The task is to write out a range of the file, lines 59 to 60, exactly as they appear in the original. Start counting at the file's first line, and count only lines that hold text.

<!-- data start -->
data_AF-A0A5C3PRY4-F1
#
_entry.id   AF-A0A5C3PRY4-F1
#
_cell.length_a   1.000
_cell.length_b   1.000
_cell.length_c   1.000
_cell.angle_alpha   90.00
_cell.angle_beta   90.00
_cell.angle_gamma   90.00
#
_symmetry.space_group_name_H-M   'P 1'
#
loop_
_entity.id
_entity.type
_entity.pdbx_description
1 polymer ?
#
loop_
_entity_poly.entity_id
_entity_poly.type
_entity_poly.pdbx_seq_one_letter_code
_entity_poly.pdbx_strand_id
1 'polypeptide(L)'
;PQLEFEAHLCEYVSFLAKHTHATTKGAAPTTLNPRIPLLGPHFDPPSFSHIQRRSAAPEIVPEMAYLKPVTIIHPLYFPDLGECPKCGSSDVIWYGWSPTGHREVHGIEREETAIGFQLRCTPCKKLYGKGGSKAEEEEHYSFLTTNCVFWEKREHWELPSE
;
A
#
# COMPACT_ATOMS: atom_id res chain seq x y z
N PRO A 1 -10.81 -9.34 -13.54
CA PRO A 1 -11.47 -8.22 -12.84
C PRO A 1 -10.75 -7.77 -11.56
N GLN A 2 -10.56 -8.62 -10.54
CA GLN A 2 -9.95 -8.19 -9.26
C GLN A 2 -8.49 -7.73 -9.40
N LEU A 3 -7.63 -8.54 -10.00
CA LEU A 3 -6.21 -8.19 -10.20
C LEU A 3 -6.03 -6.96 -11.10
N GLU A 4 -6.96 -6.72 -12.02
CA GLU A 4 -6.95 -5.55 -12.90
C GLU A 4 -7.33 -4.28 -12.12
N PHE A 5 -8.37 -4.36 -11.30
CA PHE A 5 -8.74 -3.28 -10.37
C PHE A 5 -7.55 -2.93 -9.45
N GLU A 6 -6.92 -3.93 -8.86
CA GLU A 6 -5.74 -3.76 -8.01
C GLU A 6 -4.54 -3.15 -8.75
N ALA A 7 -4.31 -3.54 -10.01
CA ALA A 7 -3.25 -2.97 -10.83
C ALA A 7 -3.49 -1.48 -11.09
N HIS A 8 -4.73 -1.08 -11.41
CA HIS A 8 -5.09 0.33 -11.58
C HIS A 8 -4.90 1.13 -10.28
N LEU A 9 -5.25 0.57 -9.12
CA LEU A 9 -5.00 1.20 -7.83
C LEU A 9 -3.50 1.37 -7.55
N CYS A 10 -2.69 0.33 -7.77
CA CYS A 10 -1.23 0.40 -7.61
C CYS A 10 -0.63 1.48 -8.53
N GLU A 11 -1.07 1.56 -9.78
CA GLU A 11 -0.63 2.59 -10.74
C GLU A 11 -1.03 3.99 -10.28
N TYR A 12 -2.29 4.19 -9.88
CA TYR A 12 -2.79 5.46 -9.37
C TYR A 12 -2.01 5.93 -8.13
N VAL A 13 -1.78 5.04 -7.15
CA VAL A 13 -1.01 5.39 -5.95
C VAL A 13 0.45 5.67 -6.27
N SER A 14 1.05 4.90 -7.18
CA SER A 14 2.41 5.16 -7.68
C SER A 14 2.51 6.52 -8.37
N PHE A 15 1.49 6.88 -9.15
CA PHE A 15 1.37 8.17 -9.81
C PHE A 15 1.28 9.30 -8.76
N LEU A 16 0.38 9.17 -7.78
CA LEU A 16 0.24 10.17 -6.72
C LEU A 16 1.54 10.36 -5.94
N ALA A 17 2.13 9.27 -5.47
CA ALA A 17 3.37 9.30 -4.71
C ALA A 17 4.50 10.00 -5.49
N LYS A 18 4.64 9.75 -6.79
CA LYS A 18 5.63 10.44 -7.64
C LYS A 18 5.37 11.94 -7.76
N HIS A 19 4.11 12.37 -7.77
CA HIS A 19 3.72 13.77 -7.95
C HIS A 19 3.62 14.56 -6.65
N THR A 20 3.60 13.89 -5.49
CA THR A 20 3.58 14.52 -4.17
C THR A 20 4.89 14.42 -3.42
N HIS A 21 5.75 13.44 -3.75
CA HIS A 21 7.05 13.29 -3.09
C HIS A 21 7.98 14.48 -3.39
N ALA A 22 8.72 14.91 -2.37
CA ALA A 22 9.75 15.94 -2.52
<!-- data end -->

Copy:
CA CYS A 10 -1.23 0.40 -7.61
C CYS A 10 -0.63 1.48 -8.53